Turnover is an expectation among staffs in the SEC. When coaches are great, other programs take notice and poach staffers. If there are any struggles, assistants can be out the door in an instant.
However, some coaches have managed to stick around for the long haul. A select few have even spanned multiple administrations at their home school, a rarity in 2016.
Here are the longest-tenured assistant at each SEC school.
Alabama: Burton Burns, running backs/associate HC (2007)
Nick Saban’s staff typically sees incredible turnover, with multiple former assistants getting hired as head coaches throughout college football. However, the one mainstay has been Burns. Over his tenure, Burns has produced two Heisman Trophy winners and recruited some of the top names in college football. Alabama’s running backs are in good hands as long as Burns is in town.
Arkansas: Barry Lunney Jr., tight ends (2013)
Bret Bielema’s staff has been continuously poached the last few seasons, but Lunney has been a consistent presence. Lunney is one of the top tight ends coaches in the nation, helping Hunter Henry turn into one of the best at his position in the country. Arkansas is a team that uses the tight end position most effectively, so Lunney’s handiwork will be well-recognized.
Auburn: Scott Fountain, tight ends/special teams (2009)
Fountain wasn’t a full assistant coach under Gene Chizik, but he was promoted to Gus Malzahn’s staff during the 2013 season. He has overseen a program that has experienced tremendous highs and devastating lows the past few seasons. However, being the special teams coach during the “Kick Six” against Alabama surely has to be one of his proudest accomplishments.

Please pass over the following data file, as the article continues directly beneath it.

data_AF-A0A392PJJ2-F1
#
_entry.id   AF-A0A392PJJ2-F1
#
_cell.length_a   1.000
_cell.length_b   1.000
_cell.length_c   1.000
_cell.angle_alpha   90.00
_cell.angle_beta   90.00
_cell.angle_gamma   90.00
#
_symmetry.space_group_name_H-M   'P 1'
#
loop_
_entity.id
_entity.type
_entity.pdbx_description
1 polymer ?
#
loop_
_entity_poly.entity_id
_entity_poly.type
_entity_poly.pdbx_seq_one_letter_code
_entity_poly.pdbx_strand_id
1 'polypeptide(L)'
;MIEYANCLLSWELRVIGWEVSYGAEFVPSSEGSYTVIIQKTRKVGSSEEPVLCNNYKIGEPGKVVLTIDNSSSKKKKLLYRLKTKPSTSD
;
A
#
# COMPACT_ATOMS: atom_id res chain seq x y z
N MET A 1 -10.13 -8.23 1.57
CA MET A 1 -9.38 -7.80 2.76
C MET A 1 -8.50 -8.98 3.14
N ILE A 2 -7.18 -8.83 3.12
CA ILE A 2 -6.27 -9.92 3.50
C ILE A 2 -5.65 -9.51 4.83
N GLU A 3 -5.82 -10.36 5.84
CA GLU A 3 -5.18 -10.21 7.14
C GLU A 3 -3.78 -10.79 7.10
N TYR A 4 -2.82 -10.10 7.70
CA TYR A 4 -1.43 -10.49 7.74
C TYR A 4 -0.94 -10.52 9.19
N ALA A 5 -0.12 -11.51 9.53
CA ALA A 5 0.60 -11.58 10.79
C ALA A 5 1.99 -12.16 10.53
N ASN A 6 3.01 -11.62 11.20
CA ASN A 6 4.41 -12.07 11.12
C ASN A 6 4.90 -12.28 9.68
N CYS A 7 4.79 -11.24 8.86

Florida: Mike Summers, offensive line (2014)
Summers is the only holdover from Will Muschamp’s staff at Florida. Every other assistant under head coach Jim McElwain was new last season. In his limited time on campus, Summers has helped develop several top offensive linemen, as well as an inexperienced group that mostly played better than expected last season. The Gators have tremendous talent coming into the program with their inroads in the state of Florida.
Georgia: Kevin Sherrer, Tracy Rocker (2014)
The Bulldogs were a very consistent program under Mark Richt, but the arrival of Kirby Smart this year has thrown everything off. Richt took a couple of his top assistants to Miami with him, but Smart kept a couple of assistants around. Both Rocker and Sherror only joined Richt in 2014, but had built key inroads with some top recruits. Smart’s tenure has gotten off to a quick start on the recruiting trail, and these two have helped keep the momentum going.
Kentucky: D.J Eliot, Vince Marrow, John Schlarman, Jimmy Brumbaugh (2013)
Four original members remain from Mark Stoops’ original staff at Kentucky, but each had unique paths to the program. Schlarman is a former All-SEC guard and graduate assistant at UK, while Eliot joined the Wildcats after a successful stint at Florida State. Brumbaugh was the defensive line coach at a community college in Mississippi. Marrow knew Stoops growing up in Youngstown, Ohio, before a successful NFL playing career.
LSU: Steve Ensminger, tight ends (2009)